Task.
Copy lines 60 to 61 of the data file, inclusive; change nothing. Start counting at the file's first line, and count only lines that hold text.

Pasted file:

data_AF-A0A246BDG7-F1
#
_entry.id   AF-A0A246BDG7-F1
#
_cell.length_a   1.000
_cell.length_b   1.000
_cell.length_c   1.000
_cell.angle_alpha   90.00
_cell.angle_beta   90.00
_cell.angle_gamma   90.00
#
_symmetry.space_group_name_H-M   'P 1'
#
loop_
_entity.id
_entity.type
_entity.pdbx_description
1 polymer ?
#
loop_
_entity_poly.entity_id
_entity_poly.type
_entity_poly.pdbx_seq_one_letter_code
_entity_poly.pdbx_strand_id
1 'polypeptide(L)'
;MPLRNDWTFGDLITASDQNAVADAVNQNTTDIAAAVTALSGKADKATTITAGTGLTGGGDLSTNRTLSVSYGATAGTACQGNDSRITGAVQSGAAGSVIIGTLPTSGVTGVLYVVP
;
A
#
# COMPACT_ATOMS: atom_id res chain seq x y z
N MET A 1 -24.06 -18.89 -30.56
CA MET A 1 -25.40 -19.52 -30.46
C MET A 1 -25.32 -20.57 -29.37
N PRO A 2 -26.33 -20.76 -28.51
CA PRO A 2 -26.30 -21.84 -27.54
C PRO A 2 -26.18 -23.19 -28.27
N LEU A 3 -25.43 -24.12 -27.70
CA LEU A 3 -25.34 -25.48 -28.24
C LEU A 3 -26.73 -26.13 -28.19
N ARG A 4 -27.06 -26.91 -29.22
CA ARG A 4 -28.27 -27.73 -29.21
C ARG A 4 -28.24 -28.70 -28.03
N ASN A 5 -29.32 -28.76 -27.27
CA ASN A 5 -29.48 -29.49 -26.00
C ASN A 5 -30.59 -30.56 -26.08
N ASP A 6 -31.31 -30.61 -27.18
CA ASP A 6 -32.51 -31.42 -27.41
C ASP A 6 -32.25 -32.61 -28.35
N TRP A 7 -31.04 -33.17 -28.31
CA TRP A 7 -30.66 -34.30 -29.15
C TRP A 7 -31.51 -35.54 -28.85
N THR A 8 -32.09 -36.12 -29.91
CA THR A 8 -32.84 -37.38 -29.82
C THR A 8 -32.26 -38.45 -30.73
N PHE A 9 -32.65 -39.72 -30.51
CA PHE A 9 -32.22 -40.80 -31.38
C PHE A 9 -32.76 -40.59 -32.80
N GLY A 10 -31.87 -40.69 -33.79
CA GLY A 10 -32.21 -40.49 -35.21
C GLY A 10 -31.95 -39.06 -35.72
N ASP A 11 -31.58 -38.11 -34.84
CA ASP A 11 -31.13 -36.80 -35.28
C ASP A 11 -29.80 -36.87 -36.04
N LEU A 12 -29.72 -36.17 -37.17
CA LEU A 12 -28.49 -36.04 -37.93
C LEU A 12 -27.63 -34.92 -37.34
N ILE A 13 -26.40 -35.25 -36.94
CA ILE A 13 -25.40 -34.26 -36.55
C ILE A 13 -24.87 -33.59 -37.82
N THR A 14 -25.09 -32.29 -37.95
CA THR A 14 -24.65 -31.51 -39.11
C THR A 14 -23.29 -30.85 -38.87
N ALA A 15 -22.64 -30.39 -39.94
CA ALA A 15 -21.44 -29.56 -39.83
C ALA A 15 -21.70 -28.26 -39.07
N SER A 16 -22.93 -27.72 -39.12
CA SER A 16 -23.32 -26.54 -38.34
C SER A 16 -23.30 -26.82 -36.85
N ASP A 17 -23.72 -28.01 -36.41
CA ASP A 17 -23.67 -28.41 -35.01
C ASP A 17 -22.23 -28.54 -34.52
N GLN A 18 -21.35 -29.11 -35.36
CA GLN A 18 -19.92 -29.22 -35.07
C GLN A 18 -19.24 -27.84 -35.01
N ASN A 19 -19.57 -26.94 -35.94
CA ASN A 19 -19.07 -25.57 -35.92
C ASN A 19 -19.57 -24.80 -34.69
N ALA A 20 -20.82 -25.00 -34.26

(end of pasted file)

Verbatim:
C GLY A 10 -31.95 -39.06 -35.72
N ASP A 11 -31.58 -38.11 -34.84